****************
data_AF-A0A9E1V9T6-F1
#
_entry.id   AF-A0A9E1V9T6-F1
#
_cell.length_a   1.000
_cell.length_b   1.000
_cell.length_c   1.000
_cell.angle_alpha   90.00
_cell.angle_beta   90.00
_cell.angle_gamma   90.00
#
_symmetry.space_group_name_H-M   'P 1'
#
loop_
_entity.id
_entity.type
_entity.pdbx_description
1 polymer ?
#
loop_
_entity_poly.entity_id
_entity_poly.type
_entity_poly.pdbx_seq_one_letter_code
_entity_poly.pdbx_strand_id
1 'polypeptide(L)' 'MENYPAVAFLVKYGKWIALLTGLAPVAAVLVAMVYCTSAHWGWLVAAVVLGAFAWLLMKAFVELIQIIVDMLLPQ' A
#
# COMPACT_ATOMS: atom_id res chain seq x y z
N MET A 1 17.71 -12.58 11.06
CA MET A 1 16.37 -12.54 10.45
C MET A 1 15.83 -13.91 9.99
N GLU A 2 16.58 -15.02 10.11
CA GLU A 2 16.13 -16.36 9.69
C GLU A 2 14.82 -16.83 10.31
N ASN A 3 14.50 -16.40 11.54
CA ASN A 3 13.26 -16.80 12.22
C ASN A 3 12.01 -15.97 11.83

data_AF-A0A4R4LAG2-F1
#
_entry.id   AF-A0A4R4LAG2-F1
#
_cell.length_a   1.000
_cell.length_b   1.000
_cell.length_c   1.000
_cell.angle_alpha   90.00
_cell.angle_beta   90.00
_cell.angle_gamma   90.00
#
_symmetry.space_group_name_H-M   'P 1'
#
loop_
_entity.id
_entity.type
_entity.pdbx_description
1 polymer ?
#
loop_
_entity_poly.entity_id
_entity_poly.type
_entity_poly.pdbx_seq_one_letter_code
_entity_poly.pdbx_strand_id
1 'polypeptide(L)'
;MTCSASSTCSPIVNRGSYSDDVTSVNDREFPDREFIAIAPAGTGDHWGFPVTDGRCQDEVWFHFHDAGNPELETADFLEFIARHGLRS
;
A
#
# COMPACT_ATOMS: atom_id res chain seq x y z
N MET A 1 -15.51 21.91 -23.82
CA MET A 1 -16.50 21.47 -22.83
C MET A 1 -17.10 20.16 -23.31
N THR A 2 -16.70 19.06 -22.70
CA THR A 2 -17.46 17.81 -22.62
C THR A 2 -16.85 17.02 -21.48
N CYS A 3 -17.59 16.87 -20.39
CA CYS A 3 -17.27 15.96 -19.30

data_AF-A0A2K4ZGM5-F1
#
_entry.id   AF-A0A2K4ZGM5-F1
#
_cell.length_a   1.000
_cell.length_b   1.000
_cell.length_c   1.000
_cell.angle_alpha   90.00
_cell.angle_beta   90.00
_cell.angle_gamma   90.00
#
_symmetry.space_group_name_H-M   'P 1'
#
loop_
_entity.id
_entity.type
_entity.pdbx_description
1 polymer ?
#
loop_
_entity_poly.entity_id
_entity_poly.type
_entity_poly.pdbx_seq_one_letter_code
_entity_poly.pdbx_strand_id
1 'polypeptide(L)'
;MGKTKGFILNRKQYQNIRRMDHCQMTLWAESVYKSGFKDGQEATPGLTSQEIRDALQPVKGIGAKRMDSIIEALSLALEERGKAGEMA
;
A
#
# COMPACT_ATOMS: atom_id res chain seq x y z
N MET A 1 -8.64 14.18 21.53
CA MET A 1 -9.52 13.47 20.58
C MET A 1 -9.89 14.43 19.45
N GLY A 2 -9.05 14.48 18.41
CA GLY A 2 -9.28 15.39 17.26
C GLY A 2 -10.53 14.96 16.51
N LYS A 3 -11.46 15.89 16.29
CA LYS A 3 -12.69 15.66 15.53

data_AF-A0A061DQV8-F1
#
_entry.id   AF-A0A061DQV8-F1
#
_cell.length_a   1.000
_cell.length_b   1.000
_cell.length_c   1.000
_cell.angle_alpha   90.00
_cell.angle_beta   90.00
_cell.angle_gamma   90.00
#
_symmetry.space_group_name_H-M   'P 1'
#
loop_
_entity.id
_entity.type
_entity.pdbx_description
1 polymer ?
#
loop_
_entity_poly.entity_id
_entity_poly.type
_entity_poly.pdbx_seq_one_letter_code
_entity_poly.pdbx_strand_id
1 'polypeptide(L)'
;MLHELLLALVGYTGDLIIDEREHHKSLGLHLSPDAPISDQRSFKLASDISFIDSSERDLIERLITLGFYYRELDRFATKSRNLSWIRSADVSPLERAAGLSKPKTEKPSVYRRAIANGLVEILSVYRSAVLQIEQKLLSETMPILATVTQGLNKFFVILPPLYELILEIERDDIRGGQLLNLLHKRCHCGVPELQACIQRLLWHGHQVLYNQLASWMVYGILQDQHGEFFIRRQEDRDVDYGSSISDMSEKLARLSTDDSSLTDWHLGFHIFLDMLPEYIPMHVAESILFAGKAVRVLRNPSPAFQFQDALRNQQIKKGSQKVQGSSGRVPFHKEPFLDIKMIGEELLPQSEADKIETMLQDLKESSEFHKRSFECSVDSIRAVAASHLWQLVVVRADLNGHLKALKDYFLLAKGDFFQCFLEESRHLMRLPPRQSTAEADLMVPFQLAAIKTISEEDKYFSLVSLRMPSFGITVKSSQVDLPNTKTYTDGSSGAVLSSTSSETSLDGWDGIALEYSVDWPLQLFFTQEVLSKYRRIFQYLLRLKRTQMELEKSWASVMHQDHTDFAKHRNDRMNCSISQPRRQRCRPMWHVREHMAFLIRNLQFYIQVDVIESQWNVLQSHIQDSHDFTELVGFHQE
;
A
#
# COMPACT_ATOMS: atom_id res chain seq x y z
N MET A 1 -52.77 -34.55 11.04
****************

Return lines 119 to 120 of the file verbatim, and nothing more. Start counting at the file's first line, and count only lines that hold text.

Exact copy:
_cell.length_c   1.000
_cell.angle_alpha   90.00